Atiku's promise: What does experience offer?

Jan 05, 2023|Feyi Fawehinmi

The views expressed in this article are those of this guest author and do not reflect the views of Stears.

The Wazirin Adamawa and presidential candidate of the opposition People’s Democratic Party (PDP), Atiku Abubakar, is easily the most experienced frontline politician in Nigerian politics today (using longevity as a synonym for experienced).

Key takeaways

  • Atiku Abubakar is contesting his sixth time for the Nigerian presidency, making him one of the most experienced politicians in the country by longevity

  • While his manifesto ‘A Covenant with Nigerians’ reflected this experience with its clever use of statistics and imagery, it had similar problems identified in the Labour Party’s manifesto

  • The manifesto made some big promises, including 10% GDP and 5 million barrels of oil per day. However, the language used in the document was mostly abstract to make the candidate free from accountability


Three decades ago, in March 1993, at the presidential primaries of the Social Democratic Party (SDP) held in Jos, Plateau State, he did something that will be very familiar to Nigerians today. After coming third with 2,066 votes in the first ballot of the primary (behind Moshood Abiola with 3,617 votes and Babagana Kingibe with 3,225 votes), he went on stage before the second ballot. He declared that he was stepping down for Moshood Abiola, to the dismay of his supporters, many of whom broke down in tears openly. It is doubtful that without this ‘stepping down’ by the then 47-year-old Atiku, Abiola could have won the SDP primary.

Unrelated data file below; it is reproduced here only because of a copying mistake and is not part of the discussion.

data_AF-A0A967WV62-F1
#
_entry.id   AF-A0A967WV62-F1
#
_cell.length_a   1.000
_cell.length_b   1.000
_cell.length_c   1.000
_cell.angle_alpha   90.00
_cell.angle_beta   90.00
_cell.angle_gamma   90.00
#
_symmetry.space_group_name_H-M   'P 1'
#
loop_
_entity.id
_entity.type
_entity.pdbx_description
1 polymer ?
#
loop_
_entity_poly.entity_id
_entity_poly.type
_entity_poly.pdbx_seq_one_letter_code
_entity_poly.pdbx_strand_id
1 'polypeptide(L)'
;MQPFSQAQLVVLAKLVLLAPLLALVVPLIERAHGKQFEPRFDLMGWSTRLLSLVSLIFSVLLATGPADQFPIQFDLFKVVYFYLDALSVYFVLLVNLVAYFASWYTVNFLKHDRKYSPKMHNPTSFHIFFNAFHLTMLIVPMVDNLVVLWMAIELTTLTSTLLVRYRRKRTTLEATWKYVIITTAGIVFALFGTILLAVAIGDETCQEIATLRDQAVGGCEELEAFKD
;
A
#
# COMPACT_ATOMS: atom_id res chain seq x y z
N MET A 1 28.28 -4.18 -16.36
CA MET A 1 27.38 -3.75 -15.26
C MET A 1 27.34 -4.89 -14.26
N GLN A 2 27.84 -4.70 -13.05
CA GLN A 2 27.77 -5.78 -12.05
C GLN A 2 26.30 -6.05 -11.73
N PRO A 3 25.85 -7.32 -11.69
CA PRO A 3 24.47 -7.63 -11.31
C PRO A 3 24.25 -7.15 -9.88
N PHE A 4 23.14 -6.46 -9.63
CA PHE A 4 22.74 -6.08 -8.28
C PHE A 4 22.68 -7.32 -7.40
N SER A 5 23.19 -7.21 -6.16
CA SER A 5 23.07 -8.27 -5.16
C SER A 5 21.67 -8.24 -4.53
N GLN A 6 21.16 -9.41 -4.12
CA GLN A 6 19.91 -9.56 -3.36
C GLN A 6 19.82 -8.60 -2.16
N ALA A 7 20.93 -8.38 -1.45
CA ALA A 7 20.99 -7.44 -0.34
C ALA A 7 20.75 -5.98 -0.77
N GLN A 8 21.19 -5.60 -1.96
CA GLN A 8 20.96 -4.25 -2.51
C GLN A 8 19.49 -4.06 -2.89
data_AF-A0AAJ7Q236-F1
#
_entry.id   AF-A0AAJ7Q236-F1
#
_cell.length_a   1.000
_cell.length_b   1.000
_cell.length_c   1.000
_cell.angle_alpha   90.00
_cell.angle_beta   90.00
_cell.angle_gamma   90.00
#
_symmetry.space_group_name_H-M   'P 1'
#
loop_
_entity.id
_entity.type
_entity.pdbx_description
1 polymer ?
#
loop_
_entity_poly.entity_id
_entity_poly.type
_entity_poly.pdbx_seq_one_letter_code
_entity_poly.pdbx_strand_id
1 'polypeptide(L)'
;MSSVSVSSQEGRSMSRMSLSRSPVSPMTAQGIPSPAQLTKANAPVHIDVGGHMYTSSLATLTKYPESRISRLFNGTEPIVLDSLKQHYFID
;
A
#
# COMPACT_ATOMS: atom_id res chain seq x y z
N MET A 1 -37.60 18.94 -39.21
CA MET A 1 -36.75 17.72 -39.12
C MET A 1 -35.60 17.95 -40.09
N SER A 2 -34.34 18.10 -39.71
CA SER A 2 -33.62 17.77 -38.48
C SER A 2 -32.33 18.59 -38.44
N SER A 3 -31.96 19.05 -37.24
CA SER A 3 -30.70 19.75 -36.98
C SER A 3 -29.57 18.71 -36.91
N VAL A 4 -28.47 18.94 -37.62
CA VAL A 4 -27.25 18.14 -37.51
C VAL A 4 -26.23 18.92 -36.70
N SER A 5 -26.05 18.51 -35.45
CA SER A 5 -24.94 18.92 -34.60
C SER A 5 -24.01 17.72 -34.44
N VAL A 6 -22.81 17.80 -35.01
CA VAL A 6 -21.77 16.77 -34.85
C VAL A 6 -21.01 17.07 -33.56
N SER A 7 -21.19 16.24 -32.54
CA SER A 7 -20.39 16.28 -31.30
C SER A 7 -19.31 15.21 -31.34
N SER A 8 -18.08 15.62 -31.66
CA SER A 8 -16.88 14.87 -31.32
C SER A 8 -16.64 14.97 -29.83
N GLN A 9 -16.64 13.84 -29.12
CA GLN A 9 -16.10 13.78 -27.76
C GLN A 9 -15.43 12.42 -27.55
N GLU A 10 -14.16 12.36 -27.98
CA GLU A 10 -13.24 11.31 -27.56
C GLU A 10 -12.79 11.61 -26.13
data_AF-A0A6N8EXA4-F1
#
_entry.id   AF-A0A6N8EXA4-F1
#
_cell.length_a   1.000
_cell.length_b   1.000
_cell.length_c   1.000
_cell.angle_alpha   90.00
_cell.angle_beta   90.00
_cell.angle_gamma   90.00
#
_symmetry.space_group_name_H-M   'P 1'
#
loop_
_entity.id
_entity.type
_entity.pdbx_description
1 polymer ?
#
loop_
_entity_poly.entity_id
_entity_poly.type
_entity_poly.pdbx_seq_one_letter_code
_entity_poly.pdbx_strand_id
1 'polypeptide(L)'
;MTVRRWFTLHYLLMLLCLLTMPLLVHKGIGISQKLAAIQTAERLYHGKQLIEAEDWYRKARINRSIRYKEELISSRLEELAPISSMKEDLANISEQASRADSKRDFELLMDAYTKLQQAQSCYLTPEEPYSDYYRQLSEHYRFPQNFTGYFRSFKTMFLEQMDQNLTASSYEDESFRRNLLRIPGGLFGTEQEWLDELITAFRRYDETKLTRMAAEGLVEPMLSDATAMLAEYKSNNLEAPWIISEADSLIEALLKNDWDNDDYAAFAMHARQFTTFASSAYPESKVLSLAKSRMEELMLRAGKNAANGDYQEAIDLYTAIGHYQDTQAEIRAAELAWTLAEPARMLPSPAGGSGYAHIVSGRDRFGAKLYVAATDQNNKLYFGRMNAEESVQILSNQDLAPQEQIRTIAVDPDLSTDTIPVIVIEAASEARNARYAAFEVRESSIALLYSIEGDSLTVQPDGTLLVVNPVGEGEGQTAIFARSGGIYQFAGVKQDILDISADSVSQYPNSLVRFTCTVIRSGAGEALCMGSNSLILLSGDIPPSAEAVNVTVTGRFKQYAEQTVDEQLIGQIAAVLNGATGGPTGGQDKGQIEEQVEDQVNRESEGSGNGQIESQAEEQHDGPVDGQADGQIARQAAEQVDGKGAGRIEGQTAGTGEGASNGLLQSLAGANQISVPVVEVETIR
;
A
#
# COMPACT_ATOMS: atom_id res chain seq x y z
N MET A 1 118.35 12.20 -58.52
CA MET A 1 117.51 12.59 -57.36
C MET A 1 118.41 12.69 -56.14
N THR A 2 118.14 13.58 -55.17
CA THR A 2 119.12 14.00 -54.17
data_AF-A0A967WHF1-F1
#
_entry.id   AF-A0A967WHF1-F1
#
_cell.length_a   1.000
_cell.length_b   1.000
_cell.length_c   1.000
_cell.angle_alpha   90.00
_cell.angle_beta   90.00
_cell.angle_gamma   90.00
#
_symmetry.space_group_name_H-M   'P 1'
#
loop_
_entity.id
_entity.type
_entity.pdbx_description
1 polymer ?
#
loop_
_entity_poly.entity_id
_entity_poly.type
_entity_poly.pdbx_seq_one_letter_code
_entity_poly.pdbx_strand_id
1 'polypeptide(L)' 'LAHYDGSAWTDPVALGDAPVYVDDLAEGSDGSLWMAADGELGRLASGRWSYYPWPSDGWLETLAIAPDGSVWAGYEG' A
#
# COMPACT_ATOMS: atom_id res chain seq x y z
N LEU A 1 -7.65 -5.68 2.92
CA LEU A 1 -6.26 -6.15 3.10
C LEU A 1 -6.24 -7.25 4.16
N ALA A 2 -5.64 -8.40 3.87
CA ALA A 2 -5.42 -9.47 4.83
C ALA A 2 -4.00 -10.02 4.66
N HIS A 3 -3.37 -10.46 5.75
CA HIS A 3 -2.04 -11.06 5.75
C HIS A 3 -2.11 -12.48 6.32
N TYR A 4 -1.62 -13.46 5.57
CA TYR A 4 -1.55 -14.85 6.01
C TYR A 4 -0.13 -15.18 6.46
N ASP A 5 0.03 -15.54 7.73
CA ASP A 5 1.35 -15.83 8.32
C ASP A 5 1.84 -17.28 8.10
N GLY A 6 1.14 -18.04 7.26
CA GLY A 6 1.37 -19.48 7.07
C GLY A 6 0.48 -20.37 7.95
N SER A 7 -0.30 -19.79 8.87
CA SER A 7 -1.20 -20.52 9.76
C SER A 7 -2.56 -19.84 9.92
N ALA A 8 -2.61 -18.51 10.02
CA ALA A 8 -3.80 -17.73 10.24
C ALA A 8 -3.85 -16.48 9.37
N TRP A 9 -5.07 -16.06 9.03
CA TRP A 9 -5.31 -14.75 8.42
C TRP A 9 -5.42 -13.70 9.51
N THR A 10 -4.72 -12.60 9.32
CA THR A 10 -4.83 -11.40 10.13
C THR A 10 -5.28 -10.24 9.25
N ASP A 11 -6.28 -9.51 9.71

The manifesto document of the Atiku/Okowa campaign titled ‘A Covenant with Nigerians’, I want to think, reflects this longevity by a politician who has run for president of Nigeria more times than I can remember. The manifesto is well written in a professional manner with some clever use of statistics and imagery to convey what they would like you to believe is the dire state of Nigeria that needs urgent fixing. And their diagnoses of the country’s problems—from low growth to an uncompetitive economy and alarming debt levels—are hard to fault (note that I will be focusing on the economic part of the manifesto strictly). 

These problems are well known and have been building up for a while. Anyone who wants to lead Nigeria must contend with them from day one. There is little time available or even the scope to do anything else. Without getting a handle on Nigeria’s dire fiscal and economic state, the next president will quickly become a tenant in Aso Rock who occasionally flies around the world with a begging bowl to build a road or a bridge. 

So what are the solutions presented to these problems? Here, the same problems we saw in the Obi/Datti manifesto start to crop up. 

Different Manifesto, same problems

A manifesto has to be a quasi-legal document with

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